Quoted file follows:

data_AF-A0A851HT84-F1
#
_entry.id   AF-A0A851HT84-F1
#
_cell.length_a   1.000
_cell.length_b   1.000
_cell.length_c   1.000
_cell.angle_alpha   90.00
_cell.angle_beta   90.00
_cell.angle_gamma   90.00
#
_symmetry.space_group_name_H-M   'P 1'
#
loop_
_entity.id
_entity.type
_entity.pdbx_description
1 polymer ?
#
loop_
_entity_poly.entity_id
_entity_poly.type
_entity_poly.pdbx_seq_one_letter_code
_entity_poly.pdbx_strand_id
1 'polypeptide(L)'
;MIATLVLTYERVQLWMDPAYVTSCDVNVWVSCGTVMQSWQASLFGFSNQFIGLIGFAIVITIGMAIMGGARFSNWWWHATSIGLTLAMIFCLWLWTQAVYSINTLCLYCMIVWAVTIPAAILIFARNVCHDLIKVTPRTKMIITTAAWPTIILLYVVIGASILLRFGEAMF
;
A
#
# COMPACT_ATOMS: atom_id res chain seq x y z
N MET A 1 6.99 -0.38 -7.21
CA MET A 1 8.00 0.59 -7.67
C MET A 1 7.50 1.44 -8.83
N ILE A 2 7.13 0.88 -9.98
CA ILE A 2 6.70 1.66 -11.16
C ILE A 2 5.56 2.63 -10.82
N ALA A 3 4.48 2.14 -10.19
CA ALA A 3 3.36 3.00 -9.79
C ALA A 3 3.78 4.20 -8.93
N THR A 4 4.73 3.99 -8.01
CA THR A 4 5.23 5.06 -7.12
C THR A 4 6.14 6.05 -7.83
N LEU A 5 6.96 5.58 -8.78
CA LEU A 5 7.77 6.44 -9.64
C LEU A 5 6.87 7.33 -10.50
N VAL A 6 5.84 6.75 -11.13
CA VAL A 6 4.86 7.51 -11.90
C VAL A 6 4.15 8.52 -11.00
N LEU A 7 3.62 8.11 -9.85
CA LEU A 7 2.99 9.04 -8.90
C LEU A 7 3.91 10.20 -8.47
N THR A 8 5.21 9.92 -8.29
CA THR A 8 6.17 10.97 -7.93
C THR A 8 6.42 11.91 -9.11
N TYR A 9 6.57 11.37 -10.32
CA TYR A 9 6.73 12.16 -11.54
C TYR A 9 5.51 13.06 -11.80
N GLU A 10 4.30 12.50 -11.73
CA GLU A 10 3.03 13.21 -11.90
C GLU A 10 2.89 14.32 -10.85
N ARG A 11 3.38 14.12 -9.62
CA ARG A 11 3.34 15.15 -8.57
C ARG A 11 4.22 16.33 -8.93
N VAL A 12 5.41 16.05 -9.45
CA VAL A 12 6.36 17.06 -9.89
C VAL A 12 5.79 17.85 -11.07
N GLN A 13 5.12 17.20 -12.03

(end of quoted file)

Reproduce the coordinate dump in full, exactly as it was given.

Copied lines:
data_AF-A0A851HT84-F1
#
_entry.id   AF-A0A851HT84-F1
#
_cell.length_a   1.000
_cell.length_b   1.000
_cell.length_c   1.000
_cell.angle_alpha   90.00
_cell.angle_beta   90.00
_cell.angle_gamma   90.00
#
_symmetry.space_group_name_H-M   'P 1'
#
loop_
_entity.id
_entity.type
_entity.pdbx_description
1 polymer ?
#
loop_
_entity_poly.entity_id
_entity_poly.type
_entity_poly.pdbx_seq_one_letter_code
_entity_poly.pdbx_strand_id
1 'polypeptide(L)'
;MIATLVLTYERVQLWMDPAYVTSCDVNVWVSCGTVMQSWQASLFGFSNQFIGLIGFAIVITIGMAIMGGARFSNWWWHATSIGLTLAMIFCLWLWTQAVYSINTLCLYCMIVWAVTIPAAILIFARNVCHDLIKVTPRTKMIITTAAWPTIILLYVVIGASILLRFGEAMF
;
A
#
# COMPACT_ATOMS: atom_id res chain seq x y z
N MET A 1 6.99 -0.38 -7.21
CA MET A 1 8.00 0.59 -7.67
C MET A 1 7.50 1.44 -8.83
N ILE A 2 7.13 0.88 -9.98
CA ILE A 2 6.70 1.66 -11.16
C ILE A 2 5.56 2.63 -10.82
N ALA A 3 4.48 2.14 -10.19
CA ALA A 3 3.36 3.00 -9.79
C ALA A 3 3.78 4.20 -8.93
N THR A 4 4.73 3.99 -8.01
CA THR A 4 5.23 5.06 -7.12
C THR A 4 6.14 6.05 -7.83
N LEU A 5 6.96 5.58 -8.78
CA LEU A 5 7.77 6.44 -9.64
C LEU A 5 6.87 7.33 -10.50
N VAL A 6 5.84 6.75 -11.13
CA VAL A 6 4.86 7.51 -11.90
C VAL A 6 4.15 8.52 -11.00
N LEU A 7 3.62 8.11 -9.85
CA LEU A 7 2.99 9.04 -8.90
C LEU A 7 3.91 10.20 -8.47
N THR A 8 5.21 9.92 -8.29
CA THR A 8 6.17 10.97 -7.93
C THR A 8 6.42 11.91 -9.11
N TYR A 9 6.57 11.37 -10.32
CA TYR A 9 6.73 12.16 -11.54
C TYR A 9 5.51 13.06 -11.80
N GLU A 10 4.30 12.50 -11.73
CA GLU A 10 3.03 13.21 -11.90
C GLU A 10 2.89 14.32 -10.85
N ARG A 11 3.38 14.12 -9.62
CA ARG A 11 3.34 15.15 -8.57
C ARG A 11 4.22 16.33 -8.93
N VAL A 12 5.41 16.05 -9.45
CA VAL A 12 6.36 17.06 -9.89
C VAL A 12 5.79 17.85 -11.07
N GLN A 13 5.12 17.20 -12.03